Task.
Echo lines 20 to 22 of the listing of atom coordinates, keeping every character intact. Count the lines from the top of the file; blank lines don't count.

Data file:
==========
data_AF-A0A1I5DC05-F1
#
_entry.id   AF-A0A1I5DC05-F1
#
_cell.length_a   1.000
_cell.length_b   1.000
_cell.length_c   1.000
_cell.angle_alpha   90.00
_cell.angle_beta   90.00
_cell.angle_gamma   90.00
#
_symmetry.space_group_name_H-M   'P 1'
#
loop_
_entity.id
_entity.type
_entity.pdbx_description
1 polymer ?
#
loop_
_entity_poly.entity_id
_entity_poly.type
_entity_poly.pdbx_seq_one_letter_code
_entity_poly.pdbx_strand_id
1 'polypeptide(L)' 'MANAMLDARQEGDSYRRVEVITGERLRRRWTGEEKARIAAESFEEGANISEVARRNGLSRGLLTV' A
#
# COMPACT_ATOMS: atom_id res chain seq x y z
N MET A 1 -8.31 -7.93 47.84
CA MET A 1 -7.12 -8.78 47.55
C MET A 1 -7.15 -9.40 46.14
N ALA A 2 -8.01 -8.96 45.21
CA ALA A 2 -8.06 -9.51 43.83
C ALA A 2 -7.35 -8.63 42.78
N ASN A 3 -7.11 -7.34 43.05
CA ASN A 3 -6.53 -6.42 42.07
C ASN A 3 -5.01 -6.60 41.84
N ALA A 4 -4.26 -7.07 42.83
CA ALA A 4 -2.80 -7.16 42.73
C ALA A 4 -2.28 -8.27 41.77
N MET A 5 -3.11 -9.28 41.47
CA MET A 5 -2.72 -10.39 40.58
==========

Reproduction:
loop_
_entity_poly.entity_id
_entity_poly.type